So there I was looking at a lot of pink hats and a lot of creative signs and a lot of extraordinarily pleasant people, largely female, but there was a fair representation of men and some children there, too. There were many rainbow flags. There were Muslim women in full dress. There were immigrants, with and without papers. Everyone showed up. And the mood was not at all what I expected.
My reluctance to participate initially was largely due to my abhorrence of what large crowds have been known to descend into. Violence terrifies me whether it's directed at me or not. I thought the crowd might be looking for Trump's blood. I thought there would be angry, shouting people shaking fists and turning red in the face. Well, Trump was certainly unpopular with the crowd, but most of them weren't wishing him any physical harm. What they made loud and clear was that they would not let him take away rights, or mistreat minorities, or take away healthcare coverage, or turn this country into a sea of hate without a fight.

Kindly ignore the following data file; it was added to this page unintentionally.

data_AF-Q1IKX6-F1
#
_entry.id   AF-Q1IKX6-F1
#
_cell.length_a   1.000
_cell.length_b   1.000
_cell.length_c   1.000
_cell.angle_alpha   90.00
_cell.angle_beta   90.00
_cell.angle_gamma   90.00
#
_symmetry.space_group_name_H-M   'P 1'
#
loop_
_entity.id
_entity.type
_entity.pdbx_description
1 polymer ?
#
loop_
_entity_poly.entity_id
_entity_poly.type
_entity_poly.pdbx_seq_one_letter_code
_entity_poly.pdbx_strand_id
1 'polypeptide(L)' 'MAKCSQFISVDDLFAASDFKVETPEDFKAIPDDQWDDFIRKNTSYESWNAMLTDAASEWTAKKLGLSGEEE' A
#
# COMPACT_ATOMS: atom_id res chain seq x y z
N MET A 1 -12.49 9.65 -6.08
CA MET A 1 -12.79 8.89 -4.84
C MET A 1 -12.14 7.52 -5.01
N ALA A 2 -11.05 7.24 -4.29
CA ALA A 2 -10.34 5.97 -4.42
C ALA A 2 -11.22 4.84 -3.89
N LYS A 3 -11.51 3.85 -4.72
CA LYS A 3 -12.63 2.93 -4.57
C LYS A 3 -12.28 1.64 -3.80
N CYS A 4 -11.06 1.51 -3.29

But it was women. We do things differently. People were offering total strangers snacks. We were singing and laughing and talking to total strangers as though we had arrived together by plan. My favorite sign was "Kind is the new sexy." Do not mistake me. We were all dead serious and joyful in a strange way. We looked around and saw that we have power. Everyone was astounded by the turnout, by the tone, and by the dedication to keeping America civilized.
There was not one arrest. The Police Commissioner issued a press release thanking the crowd for their behavior.
The marches in other cities, including the one my son was attending in Washington,
D.C., were no surprise. When I later saw the accounts of supportive gatherings all around the world, however, I was moved to tears. And for the first time in a very long time I felt hope. And power. And the world will be very surprised at what the power of women united can do.